[ARTICLE] Intermittent fasting increases adult hippocampal neurogenesis – Full Text



Intermittent fasting (IF) has been suggested to have neuroprotective effects through the activation of multiple signaling pathways. Rodents fasted intermittently exhibit enhanced hippocampal neurogenesis and long‐term potentiation (LTP) at hippocampal synapses compared with sedentary animals fed an ad libitum (AL) diet. However, the underlying mechanisms have not been studied. In this study, we evaluated the mechanistic gap in understanding IF‐induced neurogenesis.


We evaluated the impact of 3 months of IF (12, 16, and 24 hr of food deprivation on a daily basis) on hippocampal neurogenesis in C57BL/6NTac mice using immunoblot analysis.


Three‐month IF significantly increased activation of the Notch signaling pathway (Notch 1, NICD1, and HES5), neurotrophic factor BDNF, and downstream cellular transcription factor, cAMP response element‐binding protein (p‐CREB). The expression of postsynaptic marker, PSD95, and neuronal stem cell marker, Nestin, was also increased in the hippocampus in response to 3‐month IF.


These findings suggest that IF may increase hippocampal neurogenesis involving the Notch 1 pathway.


Dietary restriction (DR) is defined as a decrease in energy consumption without reducing nutritional value. This simple dietary intervention has been shown in a wide range of experimental animals to extend lifespan and decrease the incidence of several age‐related diseases. The definition of DR has been expanded from an alternative description of caloric restriction (CR) to also encompass a broader scope of interventions, including short‐term starvation, periodic fasting, fasting‐mimetic diets, and intermittent fasting (IF; Mattson & Arumugam, 2018). IF has been proven to be advantageous to various organ systems in the body and acts as a mild metabolic stressor. It has been postulated that IF is able to cause powerful changes in the metabolic pathways in the brain via an increase in stress resistance, and breakdown of ketogenic amino acids and fatty acids (Bruce‐Keller, Umberger, McFall, & Mattson, 1999; Kim et al., 2018). Experimental studies have also shown that IF is neuroprotective against acute brain injuries such as stroke, and neurodegenerative diseases (Arumugam et al., 2010; Halagappa et al., 2007; Manzanero et al., 2014). In addition, recent studies have also shown that IF can lead to an increase in neurogenesis levels in the hippocampus (Manzanero et al., 2014).

In the adult brain, the niches of neuronal stem cells (NSCs) are located specifically at the subventricular zone (SVZ) of the lateral ventricles, and in the subgranular zone (SGZ) of the hippocampus. The ability of NSCs to maintain cerebral neurogenesis is controlled by the tight regulation of balanced events commencing from stem cell maintenance, to stem cell division and proliferation, to its differentiation into mature neurons, and finally their survival and functional integration into the brain parenchyma (Lathia, Mattson, & Cheng, 2008; Lledo, Alonso, & Grubb, 2006). The process of adult neurogenesis is highly regulated and is adaptable to environmental, morphological, and physiological cues, whereby cerebral performance is suited to function at optimal levels for a given environment. Studies have demonstrated that the proliferation of neural stem cells can be modified through metabolic perturbations experienced during high temperatures (Matsuzaki et al., 2009), physical activity (Niwa et al., 2016), and a high‐fat diet (Kokoeva, Yin, & Flier, 2005). Experimental studies from our group have also shown that IF increases neurogenesis in the hippocampus as a form of neuroprotection following acute brain injury such as ischemic stroke. Moreover, we established that the number of BrdU‐labeled cells in the dentate gyrus of IF mice was elevated (Manzanero et al., 2014). To measure cell proliferation without the confound availability of an exogenous marker BrdU, we established increases in the number of Ki67‐labeled cells in the dentate gyrus of mice on the IF diet, indicating enhancement of cell proliferation in these mice (Manzanero et al., 2014). In addition to our findings, previous work similarly demonstrated that using the every other day (EOD) IF regimen also increased BrdU‐labeled cell number in the hippocampus (Lee, Duan, & Mattson, 2002).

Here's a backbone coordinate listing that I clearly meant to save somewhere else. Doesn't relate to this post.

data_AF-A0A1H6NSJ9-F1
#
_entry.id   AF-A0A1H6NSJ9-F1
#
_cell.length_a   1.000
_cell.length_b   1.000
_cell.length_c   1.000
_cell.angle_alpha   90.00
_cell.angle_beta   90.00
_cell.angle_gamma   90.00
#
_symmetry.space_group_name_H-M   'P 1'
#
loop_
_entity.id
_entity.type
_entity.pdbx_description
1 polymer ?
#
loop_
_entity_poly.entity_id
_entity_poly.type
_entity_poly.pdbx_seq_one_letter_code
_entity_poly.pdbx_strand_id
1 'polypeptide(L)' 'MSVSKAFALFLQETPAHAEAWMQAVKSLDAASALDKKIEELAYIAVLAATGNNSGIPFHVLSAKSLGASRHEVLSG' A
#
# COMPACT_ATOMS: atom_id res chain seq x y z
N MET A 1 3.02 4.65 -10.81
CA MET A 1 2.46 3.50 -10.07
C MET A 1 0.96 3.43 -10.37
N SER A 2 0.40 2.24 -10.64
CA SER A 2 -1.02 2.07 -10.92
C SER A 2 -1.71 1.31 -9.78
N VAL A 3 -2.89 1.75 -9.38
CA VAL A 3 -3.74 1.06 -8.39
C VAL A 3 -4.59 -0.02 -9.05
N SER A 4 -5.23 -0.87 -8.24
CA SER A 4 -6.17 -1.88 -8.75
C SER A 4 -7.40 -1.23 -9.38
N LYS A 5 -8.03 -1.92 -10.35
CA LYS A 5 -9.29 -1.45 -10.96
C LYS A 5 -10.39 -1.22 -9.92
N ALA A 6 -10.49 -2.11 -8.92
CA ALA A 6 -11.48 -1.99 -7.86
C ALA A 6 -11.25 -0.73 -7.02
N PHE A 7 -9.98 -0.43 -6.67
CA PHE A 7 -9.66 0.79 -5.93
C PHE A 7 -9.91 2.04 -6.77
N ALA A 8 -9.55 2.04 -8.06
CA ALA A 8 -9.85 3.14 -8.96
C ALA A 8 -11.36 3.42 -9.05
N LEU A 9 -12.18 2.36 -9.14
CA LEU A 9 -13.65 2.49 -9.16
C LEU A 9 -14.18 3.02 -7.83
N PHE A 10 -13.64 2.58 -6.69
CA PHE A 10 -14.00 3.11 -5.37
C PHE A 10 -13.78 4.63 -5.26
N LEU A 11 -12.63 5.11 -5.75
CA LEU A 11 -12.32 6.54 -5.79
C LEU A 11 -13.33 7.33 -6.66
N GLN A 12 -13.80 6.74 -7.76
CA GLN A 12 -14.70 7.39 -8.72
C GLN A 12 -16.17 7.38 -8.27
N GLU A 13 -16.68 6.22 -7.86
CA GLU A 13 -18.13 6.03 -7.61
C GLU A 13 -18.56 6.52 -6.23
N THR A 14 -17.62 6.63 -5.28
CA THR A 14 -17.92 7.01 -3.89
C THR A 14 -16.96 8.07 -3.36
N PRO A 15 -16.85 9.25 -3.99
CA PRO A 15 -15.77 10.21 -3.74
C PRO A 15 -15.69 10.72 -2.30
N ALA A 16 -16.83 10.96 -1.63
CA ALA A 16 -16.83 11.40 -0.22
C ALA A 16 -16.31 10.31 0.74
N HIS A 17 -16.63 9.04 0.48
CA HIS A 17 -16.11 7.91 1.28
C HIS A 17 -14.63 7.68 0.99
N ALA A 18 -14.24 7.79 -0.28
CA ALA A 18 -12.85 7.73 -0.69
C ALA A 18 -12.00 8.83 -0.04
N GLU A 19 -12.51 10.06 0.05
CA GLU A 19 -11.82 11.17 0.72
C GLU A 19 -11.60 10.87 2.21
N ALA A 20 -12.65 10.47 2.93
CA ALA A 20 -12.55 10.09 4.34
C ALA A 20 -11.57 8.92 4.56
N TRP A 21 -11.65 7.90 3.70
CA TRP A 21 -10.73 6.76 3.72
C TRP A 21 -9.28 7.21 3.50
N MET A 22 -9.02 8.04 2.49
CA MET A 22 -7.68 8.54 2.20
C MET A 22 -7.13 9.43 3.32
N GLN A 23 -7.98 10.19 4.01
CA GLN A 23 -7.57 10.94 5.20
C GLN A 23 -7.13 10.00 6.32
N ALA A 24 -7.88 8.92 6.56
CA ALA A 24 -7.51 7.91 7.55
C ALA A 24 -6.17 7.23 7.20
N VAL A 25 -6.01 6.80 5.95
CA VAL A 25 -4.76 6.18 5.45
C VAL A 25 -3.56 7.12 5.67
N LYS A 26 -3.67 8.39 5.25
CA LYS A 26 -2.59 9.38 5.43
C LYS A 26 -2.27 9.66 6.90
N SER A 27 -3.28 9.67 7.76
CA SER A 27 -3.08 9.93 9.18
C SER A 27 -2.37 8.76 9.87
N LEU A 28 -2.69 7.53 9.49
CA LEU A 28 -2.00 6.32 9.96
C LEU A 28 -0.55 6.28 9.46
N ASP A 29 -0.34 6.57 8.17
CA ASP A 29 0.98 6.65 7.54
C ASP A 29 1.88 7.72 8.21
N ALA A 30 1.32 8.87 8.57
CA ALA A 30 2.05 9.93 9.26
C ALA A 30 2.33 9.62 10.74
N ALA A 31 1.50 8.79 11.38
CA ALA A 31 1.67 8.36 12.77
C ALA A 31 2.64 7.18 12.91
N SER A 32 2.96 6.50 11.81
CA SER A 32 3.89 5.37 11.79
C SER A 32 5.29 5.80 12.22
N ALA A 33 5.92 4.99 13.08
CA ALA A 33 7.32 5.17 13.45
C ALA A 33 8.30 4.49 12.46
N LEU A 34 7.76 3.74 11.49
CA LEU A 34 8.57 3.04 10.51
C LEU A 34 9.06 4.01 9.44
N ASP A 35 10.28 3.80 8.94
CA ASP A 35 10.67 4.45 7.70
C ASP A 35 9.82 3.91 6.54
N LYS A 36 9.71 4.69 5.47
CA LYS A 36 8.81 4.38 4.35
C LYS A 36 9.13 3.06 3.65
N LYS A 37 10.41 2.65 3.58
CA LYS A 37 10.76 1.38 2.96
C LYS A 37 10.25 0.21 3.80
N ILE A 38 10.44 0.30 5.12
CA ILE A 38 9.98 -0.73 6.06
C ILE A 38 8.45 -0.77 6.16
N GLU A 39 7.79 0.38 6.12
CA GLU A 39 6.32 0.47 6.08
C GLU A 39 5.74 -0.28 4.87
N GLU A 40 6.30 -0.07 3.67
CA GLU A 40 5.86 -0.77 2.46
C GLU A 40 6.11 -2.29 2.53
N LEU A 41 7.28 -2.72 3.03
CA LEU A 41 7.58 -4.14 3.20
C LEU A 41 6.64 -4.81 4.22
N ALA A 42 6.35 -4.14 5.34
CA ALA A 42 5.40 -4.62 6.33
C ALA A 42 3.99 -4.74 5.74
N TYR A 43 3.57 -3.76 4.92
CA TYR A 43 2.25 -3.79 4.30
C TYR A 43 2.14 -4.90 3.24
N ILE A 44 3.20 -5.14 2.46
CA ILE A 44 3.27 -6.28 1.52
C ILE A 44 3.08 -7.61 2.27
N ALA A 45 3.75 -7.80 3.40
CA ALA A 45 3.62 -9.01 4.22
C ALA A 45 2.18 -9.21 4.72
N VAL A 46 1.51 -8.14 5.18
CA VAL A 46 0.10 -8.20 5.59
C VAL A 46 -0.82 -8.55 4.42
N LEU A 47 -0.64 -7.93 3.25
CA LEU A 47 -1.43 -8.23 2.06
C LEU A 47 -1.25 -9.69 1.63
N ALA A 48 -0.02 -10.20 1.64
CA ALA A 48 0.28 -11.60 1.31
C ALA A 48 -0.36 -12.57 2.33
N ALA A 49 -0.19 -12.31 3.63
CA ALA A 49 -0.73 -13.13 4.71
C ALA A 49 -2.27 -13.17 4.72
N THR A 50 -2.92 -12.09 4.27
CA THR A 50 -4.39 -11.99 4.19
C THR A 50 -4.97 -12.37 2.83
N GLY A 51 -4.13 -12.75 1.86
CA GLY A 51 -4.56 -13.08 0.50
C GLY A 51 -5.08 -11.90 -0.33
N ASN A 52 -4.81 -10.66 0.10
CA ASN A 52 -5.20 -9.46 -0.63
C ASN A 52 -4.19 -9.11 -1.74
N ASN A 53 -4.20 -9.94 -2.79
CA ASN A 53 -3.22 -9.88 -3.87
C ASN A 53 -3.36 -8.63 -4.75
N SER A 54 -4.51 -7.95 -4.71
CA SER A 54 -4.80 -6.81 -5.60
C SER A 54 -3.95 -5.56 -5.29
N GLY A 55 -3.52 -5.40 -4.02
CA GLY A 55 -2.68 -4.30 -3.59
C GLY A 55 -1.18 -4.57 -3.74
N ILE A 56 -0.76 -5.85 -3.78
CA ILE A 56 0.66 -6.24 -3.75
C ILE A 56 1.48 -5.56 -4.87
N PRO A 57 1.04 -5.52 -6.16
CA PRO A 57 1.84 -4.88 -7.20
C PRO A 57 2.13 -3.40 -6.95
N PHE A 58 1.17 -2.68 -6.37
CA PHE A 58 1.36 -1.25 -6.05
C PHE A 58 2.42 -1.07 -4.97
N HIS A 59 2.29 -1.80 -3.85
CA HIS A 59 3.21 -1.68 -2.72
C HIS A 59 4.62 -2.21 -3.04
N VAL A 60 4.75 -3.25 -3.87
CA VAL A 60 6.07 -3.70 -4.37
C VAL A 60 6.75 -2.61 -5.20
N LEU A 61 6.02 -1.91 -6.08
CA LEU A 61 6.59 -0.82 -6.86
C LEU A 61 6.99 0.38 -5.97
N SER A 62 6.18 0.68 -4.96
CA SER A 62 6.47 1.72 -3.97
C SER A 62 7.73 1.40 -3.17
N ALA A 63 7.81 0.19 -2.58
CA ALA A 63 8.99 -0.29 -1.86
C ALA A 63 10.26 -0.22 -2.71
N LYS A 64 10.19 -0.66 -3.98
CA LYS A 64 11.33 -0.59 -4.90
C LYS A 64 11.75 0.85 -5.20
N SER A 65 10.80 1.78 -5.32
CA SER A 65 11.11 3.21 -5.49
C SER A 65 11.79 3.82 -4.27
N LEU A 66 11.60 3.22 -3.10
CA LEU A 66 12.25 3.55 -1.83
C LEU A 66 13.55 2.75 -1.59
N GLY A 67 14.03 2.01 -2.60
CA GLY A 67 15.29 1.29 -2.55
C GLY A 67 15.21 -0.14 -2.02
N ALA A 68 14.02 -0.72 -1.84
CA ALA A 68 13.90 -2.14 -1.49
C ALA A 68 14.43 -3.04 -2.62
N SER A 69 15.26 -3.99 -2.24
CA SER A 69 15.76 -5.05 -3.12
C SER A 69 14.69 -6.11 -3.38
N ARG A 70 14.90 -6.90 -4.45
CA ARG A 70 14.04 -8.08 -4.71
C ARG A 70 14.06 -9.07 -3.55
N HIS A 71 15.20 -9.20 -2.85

However, the molecular process involved in IF‐induced neurogenesis is not well understood. The Notch signaling pathway that is intricately involved in the determination of cell fate during brain development and adult neurogenesis may be a possible molecular process involved in IF‐induced neurogenesis (Lathia et al., 2008). In this study, we investigated the expression levels of molecular and cellular components of the hippocampal region, focusing specifically on Notch activation and associated proteins that are known to promote hippocampal neurogenesis such as brain‐derived neurotrophic factor (BDNF) and cAMP response element‐binding protein (CREB).[…]

Continue —-> https://onlinelibrary.wiley.com/doi/10.1002/brb3.1444?fbclid=IwAR0qkXNad-QtdS13s8RImgOnFHLelYIZ9JJx5fM7PuwCLnjzE0AJstUoeB4#.XtKGYmljNQc.facebook

Figure 4Open in figure viewerPowerPoint
Schematic diagram of intermittent fasting‐mediated pathways that induce adult hippocampal neurogenesis. Intermittent fasting was shown to activate the Notch 1 signaling pathway, which caused the transcription factor, HES5, to induce an upregulation of Nestin, a marker of neuronal stem cells that led to increased neurogenesis. In addition, intermittent fasting was shown to activate the CREB signaling pathway, which caused an upregulation of neurotrophic factor, BDNF, that led to increased levels of Nestin and neurogenesis. BDNF, brain‐derived neurotrophic factor; CREB, cAMP response element‐binding protein; NeuN, neuronal nuclei

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